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Original case file, copy can't be located, retired cop testifies

Wednesday, February 07, 2018

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THE investigating officer in the 2006 murders of six St Thomas family members yesterday disclosed during the trial of the accused, Michael McLean, that the original case file he had prepared, as well as a copy of the file, cannot be located.

The retired detective inspector said the case file included a victim statement and caution statement given by the accused.

Retired Detective Inspector Carlos Bell testified in the Supreme Court yesterday that he has not seen either file since he prepared them and sent them to the Corporate Area Parish Court, formerly the Half-Way-Tree Resident Magistrate's Court.

When asked by Director of Public Prosecution Paula Llewellyn how many times he had searched for the files, Bell said “more than 10 times in the last two to three years” since he was told about their disappearance.

The retired inspector further testified that he has visited the Morant Bay CIB office and the court office repeatedly to look for the files and had even searched his attaché case, but to no avail.

His testimony about the missing file follows that of his colleague, Detective Inspector Carlton James, who first testified on Monday that he has not been able to locate the original copy of the victim statement which McLean had given and he had prepared. The court heard that the victim statement was taken from McLean after he turned himself in to police personnel on February 27, 2006, a day after five of the bodies were found.

Bell, however, testified that he was the one who had taken the caution statement from McLean and had made copies of the typed statement after McLean sent a message that he wanted to give this statement to the police.

According to Bell, McLean gave the statement on March 2 at the Flying Squad office via a question-and-answer session. He said, too, that during the questioning, the accused appeared “very calm and comfortable”.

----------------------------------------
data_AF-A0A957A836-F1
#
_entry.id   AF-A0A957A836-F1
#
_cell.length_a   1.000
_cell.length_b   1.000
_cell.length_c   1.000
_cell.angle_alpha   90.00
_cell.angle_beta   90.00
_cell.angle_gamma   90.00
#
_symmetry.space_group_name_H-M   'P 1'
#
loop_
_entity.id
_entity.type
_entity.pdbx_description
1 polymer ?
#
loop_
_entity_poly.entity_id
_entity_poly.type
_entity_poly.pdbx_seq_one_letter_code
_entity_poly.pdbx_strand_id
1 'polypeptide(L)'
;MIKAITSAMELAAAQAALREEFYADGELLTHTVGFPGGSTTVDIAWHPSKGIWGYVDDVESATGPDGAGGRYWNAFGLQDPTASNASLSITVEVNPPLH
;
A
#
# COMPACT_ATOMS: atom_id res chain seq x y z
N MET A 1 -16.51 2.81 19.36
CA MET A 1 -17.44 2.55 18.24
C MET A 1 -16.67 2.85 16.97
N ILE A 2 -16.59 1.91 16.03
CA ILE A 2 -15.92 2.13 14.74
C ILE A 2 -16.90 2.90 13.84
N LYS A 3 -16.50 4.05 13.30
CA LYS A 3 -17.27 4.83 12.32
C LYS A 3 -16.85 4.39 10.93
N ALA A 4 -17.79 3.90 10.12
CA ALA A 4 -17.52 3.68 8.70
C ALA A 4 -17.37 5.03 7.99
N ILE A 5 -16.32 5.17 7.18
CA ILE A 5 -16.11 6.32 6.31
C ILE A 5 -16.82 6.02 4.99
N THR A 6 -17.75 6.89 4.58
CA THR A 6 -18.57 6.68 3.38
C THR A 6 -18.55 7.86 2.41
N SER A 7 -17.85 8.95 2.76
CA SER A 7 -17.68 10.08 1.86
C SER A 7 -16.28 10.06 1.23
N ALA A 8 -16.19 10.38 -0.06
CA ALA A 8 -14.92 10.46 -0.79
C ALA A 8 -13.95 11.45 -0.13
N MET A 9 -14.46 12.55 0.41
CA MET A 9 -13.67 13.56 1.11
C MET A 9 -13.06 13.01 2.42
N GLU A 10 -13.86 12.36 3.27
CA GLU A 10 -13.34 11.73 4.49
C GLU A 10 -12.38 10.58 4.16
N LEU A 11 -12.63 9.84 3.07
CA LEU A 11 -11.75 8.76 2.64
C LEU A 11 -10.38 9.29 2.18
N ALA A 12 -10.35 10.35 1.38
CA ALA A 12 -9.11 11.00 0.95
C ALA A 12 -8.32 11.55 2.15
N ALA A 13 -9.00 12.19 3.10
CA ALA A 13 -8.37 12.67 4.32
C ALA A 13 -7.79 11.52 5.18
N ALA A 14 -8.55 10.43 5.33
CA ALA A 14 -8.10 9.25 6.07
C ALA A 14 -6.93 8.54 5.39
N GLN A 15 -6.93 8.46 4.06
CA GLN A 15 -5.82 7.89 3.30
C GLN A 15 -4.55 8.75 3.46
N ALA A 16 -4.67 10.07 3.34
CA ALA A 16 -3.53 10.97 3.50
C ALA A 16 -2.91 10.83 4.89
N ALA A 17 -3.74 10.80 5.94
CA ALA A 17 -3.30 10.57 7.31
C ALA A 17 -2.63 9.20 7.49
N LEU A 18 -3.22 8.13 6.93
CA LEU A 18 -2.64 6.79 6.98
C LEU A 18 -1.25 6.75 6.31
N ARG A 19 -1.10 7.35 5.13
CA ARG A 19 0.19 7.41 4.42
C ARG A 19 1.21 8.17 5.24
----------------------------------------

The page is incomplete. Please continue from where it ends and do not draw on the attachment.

However, he also told the court that while being questioned, McLean, who was in the presence of two attorneys and other police officers, stopped the session and said: “Stop here, I need to take you and show you where the little girl is buried.”

“I asked, 'What girl?' and he said, 'Jihad',” Bell recalled.

He said a police party along with the two lawyers then travelled to Rose Mount in St Mary, via direction from McLean, who led them to what appeared to be a cow pasture and showed them where the decomposing body of the child was buried in a shallow grave.

The police witness said McLean was taken to the Castle Garden Police Station where he completed his caution statement and was transported back to Kingston, where he was charged with six counts of murder.

Bell, during his testimony, also told the court that when McLean first surrendered to the police, he informed him that he was willing to tell him what had happened.

The witness testified that McLean was not coerced, oppressed, beaten, threatened, or promised any favour or reward in respect to the statements that he had given or the location of the body that he had volunteered.

McLean is being tried for the murder of his girlfriend Terry-Ann Mohammed, 42; her son Jesse O'Gilvie, nine; her 30-year-old niece, Patrice Martin McCool, and her children Sean Chin, nine; Lloyd McCool, three; and Jihad McCool.

Meanwhile, the court heard that Jihad was smothered to death and found with her eyes bulging and tongue protruding through her teeth, while the other five victims, who were found with chop wounds to their necks, died as a result of their throats being slashed.

The trial continues today before Justice Bertram Morrison.

— Tanesha Mundle

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